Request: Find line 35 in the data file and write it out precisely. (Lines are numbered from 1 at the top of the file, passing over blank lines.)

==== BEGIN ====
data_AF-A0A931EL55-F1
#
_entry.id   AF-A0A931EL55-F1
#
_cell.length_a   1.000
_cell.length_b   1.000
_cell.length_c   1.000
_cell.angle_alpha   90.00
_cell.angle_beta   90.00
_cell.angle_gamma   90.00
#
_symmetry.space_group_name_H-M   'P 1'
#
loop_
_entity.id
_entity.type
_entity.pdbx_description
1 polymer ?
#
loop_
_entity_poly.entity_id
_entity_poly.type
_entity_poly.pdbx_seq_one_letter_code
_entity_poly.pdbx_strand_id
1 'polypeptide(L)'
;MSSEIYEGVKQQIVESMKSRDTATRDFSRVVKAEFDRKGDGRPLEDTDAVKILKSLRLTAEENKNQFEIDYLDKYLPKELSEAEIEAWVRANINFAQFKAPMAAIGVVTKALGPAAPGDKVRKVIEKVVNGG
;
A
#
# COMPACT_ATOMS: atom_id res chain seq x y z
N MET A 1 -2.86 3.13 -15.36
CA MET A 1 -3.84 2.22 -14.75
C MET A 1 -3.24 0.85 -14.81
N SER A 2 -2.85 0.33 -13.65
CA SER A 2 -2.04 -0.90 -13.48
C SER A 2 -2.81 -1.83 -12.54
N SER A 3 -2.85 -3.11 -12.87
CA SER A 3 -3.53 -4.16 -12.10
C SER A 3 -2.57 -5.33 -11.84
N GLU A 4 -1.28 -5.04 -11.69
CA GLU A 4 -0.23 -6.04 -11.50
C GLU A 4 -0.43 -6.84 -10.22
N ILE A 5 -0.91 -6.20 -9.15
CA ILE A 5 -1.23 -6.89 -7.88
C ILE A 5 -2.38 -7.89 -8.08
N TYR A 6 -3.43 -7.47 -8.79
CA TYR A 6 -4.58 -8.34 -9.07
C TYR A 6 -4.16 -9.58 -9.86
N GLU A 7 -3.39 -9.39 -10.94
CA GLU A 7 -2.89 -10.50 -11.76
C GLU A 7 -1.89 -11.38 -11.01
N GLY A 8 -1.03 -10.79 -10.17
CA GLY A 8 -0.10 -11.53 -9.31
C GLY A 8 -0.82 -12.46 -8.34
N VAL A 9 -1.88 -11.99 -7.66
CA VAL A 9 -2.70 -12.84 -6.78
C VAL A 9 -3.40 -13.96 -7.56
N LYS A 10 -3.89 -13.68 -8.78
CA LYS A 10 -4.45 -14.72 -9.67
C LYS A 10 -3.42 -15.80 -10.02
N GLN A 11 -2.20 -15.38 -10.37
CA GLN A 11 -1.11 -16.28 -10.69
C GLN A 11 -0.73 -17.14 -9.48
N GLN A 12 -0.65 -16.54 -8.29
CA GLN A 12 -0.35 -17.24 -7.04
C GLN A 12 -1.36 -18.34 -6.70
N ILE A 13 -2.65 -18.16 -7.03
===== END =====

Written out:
CA SER A 2 -2.04 -0.90 -13.48